February 7th, of this year, Rev. P. P. Vanhorn, after an acceptable pastorate of nearly fifteen years, resigned the care of the Pennypack church, and removed to New Mills, now Pemberton, New Jersey, where, June 23, 1764, he was instrumental in founding the Baptist church. April 2, 1768, he returned to and resided at Pennypack. December 9th, 1769, he was again received into the church and remained a member of it until September 18th, 1770, when he removed to Cape May, New Jersey, and became pastor there. At the Association in 1762, “Certificates of the ordination and good morals of Rev. David Thomas and Rev. David Sutton were drawn up by Rev. Samuel Jones and Isaac Jones, Esq., and the city seal affixed thereto by the Recorder, Benjamin Chew, Esq., for which he took no fee.” This seal attached to the aforenamed certificate is a curiosity in this day, when such a custom has fallen into disuse almost entirely. It also contains a high testimony to the Baptist pastor in this city. It is as follows:—

I, Benjamin Chew, Esq., Recorder of the city of Philadelphia, do hereby certify that the Rev. Morgan Edwards, A. M., who hash signed the above certificate, is pastor of the Baptist church in this city of Philadelphia, and Moderator of the above Association, and that he s a gentleman of most exemplary morals and piety.

In testimony of which, I have hereunto caused the seal of this said city to be affixed, this 17th day of October, A. D. 1762.



After the departure of P. P. Vanhorn to Pemberton, the minutes of the Pennypack church, under date of March 11th,.1762, contain the following:—

Concluded to call Bro. George Eaton to supply us ye remainder of ye time, excepting ye 3rd Sabbath in every month, at which time he is under promise to preach at a place called the Ridge, near Germantown.

The place referred to as “the Ridge,” is Roxborough.

Mr. Eaton did not live to labor long after this, as the inscription on the plain, blue marble headstone, which marks his last resting place, in the graveyard at Pennypack, will inform us. It is as follows:—

In memory of
who departed this life July
1st, 1764, aged 77 years
11 months.
Who did delight his talents to improve,
And speak ye glorys of Redeeming love.

Mr. Eaton was born in Wales, and was brought to this country in 1686 by his parents when but a little babe. He was the brother of Rev. Joseph Eaton, whose son, Isaac, founded the Latin School, at Hopewell, New Jersey.

Samuel Jones, who arrived in this city in 1737, was converted very early in life and became a member of the Tulpehocken Baptist Church in Berks County, Pa., of which his father Rev. Thomas Jones was pastor. Samuel entered upon a course of study in the College of Philadelphia, and December 5, 176o, was received into the Baptist Church of this city by letter from the one at Tulpehocken. He prosecuted his studies until May 18, 1762, when he was graduated and received the degree of Bachelor of Arts. He was shortly thereafter licensed by the church to preach the Gospel. The following is a copy of the license:—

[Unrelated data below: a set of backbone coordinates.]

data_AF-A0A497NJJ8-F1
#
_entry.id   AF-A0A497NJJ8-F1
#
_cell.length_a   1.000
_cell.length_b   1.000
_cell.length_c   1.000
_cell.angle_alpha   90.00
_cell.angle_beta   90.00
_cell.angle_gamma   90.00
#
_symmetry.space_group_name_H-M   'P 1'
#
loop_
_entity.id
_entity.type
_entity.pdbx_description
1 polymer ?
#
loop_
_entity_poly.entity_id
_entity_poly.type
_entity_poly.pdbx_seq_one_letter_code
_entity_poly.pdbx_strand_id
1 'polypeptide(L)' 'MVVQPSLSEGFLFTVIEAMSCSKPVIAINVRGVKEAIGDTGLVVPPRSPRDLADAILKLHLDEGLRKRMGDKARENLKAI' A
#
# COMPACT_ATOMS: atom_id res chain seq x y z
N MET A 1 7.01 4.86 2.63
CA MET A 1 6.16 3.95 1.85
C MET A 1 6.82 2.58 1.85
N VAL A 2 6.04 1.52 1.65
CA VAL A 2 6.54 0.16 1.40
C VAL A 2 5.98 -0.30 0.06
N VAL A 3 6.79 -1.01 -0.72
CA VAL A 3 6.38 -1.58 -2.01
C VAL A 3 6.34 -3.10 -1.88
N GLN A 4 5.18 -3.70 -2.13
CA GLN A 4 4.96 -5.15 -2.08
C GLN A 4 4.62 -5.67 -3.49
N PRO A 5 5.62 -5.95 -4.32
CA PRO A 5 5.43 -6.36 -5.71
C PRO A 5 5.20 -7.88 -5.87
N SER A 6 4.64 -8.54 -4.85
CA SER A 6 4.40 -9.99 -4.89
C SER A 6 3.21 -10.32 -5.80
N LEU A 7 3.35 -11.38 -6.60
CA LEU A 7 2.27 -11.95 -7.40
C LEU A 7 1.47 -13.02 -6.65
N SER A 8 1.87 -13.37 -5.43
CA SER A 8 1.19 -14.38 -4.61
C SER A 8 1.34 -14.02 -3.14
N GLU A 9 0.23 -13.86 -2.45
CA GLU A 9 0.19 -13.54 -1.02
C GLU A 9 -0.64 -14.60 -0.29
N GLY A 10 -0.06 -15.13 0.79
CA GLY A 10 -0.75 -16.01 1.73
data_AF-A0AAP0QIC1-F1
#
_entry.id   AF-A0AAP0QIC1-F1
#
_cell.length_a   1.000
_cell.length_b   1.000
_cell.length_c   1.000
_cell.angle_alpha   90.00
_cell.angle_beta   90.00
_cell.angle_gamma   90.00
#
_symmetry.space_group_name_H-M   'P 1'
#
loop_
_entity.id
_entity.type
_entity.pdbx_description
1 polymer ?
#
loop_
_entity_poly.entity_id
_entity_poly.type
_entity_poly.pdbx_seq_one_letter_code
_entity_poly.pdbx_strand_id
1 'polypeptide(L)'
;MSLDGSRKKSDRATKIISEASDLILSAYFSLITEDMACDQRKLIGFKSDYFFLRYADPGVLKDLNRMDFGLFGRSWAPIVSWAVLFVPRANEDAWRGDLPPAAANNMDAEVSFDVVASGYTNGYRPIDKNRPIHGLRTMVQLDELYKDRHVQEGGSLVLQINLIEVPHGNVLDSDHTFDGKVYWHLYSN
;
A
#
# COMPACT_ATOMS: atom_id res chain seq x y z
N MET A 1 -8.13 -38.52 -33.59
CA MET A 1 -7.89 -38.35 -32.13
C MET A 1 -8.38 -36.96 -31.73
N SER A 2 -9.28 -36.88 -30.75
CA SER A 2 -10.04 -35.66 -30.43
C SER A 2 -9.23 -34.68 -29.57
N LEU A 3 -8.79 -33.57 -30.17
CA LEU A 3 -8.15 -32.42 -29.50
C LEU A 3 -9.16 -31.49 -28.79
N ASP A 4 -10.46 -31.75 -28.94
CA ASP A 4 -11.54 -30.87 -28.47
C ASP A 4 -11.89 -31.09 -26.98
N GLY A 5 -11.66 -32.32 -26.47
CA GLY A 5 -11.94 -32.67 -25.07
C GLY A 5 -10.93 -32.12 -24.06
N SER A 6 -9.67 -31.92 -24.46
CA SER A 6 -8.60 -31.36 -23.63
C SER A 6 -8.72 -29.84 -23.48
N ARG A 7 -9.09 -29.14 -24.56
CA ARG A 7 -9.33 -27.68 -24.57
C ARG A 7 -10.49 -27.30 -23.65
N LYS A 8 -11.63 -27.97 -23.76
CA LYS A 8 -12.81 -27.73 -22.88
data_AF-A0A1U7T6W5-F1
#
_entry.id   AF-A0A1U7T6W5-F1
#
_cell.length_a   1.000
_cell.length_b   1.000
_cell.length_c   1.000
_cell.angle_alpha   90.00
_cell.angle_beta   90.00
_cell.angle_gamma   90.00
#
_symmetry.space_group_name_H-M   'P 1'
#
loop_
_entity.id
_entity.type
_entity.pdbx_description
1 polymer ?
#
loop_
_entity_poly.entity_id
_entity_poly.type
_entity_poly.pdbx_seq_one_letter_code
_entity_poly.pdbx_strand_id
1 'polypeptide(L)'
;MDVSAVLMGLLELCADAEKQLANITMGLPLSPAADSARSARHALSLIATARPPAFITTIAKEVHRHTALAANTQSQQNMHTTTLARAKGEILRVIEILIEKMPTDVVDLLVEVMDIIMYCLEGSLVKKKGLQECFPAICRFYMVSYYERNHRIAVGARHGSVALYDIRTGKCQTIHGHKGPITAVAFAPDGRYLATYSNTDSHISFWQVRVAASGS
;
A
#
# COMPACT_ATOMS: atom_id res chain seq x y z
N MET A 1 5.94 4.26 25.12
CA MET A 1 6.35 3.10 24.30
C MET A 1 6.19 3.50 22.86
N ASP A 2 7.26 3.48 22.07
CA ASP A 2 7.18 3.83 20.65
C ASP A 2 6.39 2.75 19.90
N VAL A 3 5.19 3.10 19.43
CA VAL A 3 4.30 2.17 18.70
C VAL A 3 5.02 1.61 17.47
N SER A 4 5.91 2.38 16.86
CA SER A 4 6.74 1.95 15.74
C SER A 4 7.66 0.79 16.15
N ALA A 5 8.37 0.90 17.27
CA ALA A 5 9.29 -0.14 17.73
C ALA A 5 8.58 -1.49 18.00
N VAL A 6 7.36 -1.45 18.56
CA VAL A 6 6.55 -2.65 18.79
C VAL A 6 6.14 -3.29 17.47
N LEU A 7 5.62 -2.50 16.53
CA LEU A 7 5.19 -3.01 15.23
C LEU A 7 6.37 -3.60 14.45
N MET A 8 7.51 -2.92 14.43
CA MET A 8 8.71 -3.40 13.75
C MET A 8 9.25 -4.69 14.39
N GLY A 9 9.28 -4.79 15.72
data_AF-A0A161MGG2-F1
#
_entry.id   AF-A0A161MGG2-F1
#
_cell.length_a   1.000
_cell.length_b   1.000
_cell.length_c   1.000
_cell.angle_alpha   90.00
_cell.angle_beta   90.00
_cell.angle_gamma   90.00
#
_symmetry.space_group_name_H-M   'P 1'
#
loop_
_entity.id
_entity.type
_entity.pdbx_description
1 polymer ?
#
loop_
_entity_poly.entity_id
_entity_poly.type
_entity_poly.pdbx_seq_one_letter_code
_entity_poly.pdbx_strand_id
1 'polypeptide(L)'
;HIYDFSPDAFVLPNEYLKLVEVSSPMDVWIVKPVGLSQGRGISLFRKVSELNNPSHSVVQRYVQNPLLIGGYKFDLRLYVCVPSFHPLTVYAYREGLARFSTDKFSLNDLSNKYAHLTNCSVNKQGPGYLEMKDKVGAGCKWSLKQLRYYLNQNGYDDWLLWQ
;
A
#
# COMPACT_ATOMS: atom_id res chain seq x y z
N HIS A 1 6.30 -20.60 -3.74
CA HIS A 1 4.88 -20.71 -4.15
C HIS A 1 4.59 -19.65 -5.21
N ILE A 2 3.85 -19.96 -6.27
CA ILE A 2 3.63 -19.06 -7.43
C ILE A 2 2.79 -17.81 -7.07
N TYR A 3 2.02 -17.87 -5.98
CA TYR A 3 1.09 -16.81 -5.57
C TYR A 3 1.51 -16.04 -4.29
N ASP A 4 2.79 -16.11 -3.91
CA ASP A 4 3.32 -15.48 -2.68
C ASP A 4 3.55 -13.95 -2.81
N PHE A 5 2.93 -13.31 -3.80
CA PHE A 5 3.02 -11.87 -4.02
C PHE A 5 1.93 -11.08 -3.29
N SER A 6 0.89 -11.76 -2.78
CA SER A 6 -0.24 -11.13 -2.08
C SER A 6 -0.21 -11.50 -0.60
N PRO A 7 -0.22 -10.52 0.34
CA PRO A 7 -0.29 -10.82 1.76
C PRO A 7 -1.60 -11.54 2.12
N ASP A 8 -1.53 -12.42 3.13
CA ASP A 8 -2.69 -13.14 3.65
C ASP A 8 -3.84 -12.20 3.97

To all whom it may concern. This certifies that Samuel Jones, A. B., has been regularly called to exercise his ministerial gifts by the Baptist Church of Philadelphia, whereof he is a member, and, after trial in private and public, the Church judge he will be useful in the Ministry. Wherefore he is hereby licensed and authorized to preach the Gospel wherever he may have a call so to do among the Baptists, until such time as circumstances will admit of his ordination. Done at a Church Meeting held in the College of Philadelphia July 10, 1762. Signed in behalf of the whole, by us.



December 4, 1762, the Church “agreed unanimously that Samuel Jones be ordained on January 2, 1763, and that Messrs. Morgan Edwards, Isaac Eaton and Samuel Stillman be concerned therein, and that messengers be sent to invite the two last to give their attendance. Morgan Edwards to preach the sermon and to conduct the ordination, Isaac Eaton to give the Charge; and all to be concerned in imposition of hands and prayer.” The address of the church to these ministering brethren relative to this ordination is of interest:—

To Messrs. Morgan Edwards, Isaac Eaton and Samuel Stillman:—

Rev. Sirs: We, the Baptist Church of Philadelphia, greet you well, and beg leave to recommend to you for ordination cur beloved brother Samuel Jones, A. B., whom we, by our representative, Mr. Wescott, set before you for that purpose. He is a man of sound learning, good morals, and exemplary piety, your compliance with our request will be doing a pleasure to your brethren in the faith and fellowship of the Gospel. Signed by order, and in behalf of the church at our meeting of business in the College of Philadelphia, January 1, 1763.